Unfortunately for those who participated in the backlash against her, as a model, Kim’s body is what is valued and put on display for the world. And that is the reality of the modeling world. What is comforting, though, is that Kim seems to have a pretty strong sense of her self and her needs. She is smart, quirky and kinda just does her own thing.
My favourite Daul Kim post is this one, where she manages to compare Japanese manga Akira to science-fiction thriller, Tetsuo, get angry about Japanese colonialism in Korea and remind us that “official” history classes and textbooks don’t tell us the whole truth. I also enjoyed her pictures-only commentary on girl-on-girl hate. Never mind that she counters this social problem with a photo of the Spice Girls, the immortal and misrepresentative symbol of feminism. Despite a lot of her eyebrow-raising content, I still really like her.
[ EDITORS UPDATE: RIP Model Daul Kim ]
(Photo credit: I Like To Fork Myself.)
Both mainland China and Taiwan are celebrating 60th birthdays in the coming months. Mainland China is celebrating the 60th anniversary of the People’s Republic, with a parade on October 1, along with a special blockbuster movie with over 170 famous Chinese actors to be released on Sept 17, Jian guo da ye , or “The Great Cause of China’s Foundation”. Security has been tightened in mainland China for the parade and coming events. Across the strait, Taiwan is celebrating the 60th anniversary of the Republic of China’s transfer of its capital from mainland China to the island of Taiwan To commemorate the occasion the National Museum of History has put together a special exhibition featuring a selection of documents, correspondence, maps and other written and printed materials held by people who were part of the two million who fled to Taiwan as Communist forces took over China.
The reason for these large celebrations is that the 60th birthday is one of the few celebrated in Chinese culture, and comes with much fanfare. Unlike in American culture, birthdays (other than for a newborn at 1 day, 1 month and for someone starting at age 60 and every 10 years after) are largely ignored in Chinese culture. The 60th birthday is celebrated because it means a person has lived a long life. When my parents turned 60 we held big birthday celebrations for them and celebrated their lives and their accomplishments. While a celebration at 60 is certainly something to look forward to, in American culture, it can be a bit traumatic to kids growing up in a Chinese American family not to have a birthday party.
In my case, I had never had a birthday party until I went away to college. I happened to mention the strange fact to a dorm friend my freshman year and my entire dorm floor surprised (and completely floored me) by having a surprise party for my 18th birthday. After that party, my birthday celebrations have remained relatively low key, involving just close friends and family. Recently, birthday parties have returned with a vengeance in my life in recent years, with the birth of my daughter who turned four this year. Unlike my childhood in America, hers is filled with big birthday bashes (not only her own, but her cousins as well), and she’s come to expect a big cake, presents, and lots of people at her party. I think I spoil her, and give her everything I wished I had in a birthday party when I was growing up. I hope she appreciates it when she’s older!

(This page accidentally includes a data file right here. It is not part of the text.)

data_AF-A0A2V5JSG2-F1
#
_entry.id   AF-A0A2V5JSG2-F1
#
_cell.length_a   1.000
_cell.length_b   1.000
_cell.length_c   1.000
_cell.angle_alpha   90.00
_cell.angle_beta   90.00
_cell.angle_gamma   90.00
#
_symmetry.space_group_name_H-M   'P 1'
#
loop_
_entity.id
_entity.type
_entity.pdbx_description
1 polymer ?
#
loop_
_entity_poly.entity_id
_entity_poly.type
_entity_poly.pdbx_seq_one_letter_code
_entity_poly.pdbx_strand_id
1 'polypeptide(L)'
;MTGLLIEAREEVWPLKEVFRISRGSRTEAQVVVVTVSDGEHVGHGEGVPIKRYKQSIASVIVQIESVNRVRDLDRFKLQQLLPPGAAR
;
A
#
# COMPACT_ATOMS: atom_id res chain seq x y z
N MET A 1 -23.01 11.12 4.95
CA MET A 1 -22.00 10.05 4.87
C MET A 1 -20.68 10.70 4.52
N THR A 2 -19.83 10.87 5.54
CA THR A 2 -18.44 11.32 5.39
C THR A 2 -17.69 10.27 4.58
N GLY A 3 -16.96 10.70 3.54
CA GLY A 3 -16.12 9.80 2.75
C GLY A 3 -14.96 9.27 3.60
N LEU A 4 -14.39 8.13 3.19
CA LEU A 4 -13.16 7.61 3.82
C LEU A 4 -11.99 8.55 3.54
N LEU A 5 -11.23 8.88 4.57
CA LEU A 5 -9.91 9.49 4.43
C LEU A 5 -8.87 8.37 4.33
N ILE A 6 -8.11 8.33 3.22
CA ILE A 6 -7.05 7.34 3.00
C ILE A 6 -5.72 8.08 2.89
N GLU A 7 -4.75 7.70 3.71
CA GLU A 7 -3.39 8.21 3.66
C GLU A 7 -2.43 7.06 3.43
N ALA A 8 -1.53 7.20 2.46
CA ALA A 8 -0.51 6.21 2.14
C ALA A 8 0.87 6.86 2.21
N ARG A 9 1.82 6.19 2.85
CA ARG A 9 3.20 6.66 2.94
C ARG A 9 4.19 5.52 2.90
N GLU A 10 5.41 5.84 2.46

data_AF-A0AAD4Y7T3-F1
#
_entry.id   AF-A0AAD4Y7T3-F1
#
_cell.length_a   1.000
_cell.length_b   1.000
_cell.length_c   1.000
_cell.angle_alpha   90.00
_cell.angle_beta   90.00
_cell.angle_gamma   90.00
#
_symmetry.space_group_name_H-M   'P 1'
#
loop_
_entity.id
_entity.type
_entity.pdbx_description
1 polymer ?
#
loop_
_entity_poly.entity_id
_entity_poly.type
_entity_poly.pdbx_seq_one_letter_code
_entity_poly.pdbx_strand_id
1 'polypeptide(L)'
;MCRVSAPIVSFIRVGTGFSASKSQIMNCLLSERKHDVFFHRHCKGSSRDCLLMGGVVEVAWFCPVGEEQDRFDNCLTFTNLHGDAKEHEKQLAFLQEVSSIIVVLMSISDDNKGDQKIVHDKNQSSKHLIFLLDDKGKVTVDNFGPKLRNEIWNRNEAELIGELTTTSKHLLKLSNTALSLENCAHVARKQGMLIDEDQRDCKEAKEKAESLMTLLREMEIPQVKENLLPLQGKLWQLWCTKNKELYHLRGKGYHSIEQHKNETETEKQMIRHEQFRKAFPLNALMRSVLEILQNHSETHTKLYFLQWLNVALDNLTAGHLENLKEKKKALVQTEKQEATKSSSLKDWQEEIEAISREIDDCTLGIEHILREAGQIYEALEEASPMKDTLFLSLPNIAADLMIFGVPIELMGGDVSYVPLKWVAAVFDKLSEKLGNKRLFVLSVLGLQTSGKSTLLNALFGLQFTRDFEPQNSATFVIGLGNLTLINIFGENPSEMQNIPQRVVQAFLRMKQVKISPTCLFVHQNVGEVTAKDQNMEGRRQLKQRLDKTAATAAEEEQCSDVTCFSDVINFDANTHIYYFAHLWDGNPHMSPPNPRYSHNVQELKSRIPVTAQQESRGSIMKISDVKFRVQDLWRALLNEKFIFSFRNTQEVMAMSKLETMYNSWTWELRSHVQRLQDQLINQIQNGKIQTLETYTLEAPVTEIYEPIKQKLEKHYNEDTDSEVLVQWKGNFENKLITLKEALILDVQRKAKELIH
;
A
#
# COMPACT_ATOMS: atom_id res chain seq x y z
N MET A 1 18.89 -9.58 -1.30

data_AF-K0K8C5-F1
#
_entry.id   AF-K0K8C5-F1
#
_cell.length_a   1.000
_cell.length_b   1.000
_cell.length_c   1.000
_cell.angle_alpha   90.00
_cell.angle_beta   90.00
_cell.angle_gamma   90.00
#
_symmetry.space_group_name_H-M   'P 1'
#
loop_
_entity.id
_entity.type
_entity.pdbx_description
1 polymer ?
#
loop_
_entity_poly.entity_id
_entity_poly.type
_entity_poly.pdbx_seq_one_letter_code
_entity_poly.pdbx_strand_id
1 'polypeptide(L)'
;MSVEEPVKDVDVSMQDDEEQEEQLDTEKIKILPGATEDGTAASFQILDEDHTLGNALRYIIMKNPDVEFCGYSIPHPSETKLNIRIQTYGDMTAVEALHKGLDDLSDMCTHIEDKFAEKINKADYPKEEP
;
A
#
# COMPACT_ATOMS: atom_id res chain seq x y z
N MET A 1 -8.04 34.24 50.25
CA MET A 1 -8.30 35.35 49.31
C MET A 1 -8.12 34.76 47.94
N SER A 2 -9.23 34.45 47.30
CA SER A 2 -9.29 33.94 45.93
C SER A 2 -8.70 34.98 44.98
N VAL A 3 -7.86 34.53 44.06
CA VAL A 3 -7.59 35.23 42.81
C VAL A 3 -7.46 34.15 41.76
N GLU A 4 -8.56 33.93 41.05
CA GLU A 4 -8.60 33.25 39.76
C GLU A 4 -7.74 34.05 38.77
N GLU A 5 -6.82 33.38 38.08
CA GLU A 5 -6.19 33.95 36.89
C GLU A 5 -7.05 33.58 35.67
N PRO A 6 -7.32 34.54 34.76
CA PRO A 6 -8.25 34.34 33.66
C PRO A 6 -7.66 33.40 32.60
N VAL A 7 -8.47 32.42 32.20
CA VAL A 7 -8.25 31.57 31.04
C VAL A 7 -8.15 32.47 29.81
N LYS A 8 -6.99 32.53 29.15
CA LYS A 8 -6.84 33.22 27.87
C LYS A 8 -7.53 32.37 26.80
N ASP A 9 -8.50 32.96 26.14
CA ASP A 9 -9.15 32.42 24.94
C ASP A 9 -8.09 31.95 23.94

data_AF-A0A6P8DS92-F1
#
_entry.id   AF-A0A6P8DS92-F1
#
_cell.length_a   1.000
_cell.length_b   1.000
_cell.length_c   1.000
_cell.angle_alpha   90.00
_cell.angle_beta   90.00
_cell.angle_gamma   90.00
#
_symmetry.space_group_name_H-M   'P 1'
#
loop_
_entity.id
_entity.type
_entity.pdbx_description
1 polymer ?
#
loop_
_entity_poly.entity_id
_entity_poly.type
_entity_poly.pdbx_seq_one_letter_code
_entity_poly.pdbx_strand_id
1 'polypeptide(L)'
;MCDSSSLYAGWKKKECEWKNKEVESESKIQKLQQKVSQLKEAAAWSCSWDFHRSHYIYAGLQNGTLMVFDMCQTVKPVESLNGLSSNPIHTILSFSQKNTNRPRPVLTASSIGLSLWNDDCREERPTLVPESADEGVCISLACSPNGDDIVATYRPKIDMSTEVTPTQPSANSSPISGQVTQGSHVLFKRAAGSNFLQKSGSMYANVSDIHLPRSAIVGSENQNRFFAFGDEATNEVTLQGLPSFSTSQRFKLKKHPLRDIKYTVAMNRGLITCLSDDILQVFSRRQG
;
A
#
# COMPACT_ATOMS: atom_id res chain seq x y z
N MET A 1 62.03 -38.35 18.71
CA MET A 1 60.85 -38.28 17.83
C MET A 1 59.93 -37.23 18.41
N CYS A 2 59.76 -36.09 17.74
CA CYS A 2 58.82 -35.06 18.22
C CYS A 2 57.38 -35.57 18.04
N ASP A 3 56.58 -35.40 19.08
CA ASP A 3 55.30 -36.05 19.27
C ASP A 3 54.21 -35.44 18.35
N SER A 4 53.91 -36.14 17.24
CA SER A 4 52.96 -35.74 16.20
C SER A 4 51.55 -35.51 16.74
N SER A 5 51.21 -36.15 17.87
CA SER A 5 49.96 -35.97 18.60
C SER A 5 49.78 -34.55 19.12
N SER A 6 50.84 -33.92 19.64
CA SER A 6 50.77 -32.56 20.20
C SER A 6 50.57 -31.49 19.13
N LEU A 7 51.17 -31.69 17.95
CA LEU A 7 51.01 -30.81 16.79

One of my favorite movies this summer and this year is the romantic comedy & tragedy (500) Days of Summer, following the ups and downs of a relationship between Tom and Summer over 500 days in non-chronological random order. At 87% “fresh”, there are certainly a lot of other films which have larger marketing budgets and are more promoted, but a lot less enjoyable than this film.
But there’s one scene in the movie when both Tom and Summer are playing “house” in an Ikea store in Los Angeles where the two are lying down on a bed and see a family watching them, and Tom makes the observation and comment:
“Honey, I don’t know how to say this, but there’s a Chinese family in our bathroom.”
When I watched that, I thought to myself, “Why does Chinese equal comedy here? ” I wonder how moviegoers would have felt or reacted if the family had been black, Hispanic or Native American? How about just:
“Honey, I don’t know how to say this, but there’s a family in our bathroom.”
Isn’t it funny enough that there would an unknown family in a bathroom while the two were playing house in their supposed Ikea bedroom? Maybe I am being a bit over sensitive, but I thought I’d call this out while still encouraging all those who haven’t seen the film to see it. If you’ve seen the film – what do you think?
Yes, you read that correctly. Back in 2004, a whale exploded in the city streets of Tainan, Taiwan.
Before you assume that Taiwanese geniuses have developed some sort of biological weapon of mass destruction, you should know that this accident happened while some marine scientists were trying to move a 56-foot, 6-ton sperm whale from the ocean (where it had died) to a research facility to perform a necropsy on it. Unfortunately, while the whale was being transported through a busy city street, the whale literally burst open due to the gasses from decomposition building up in his* abdomen. It splattered whale blood, blubber and entrails over surrounding cars, bystanders, and storefronts. Bits of bloody whale bits were found blocks away.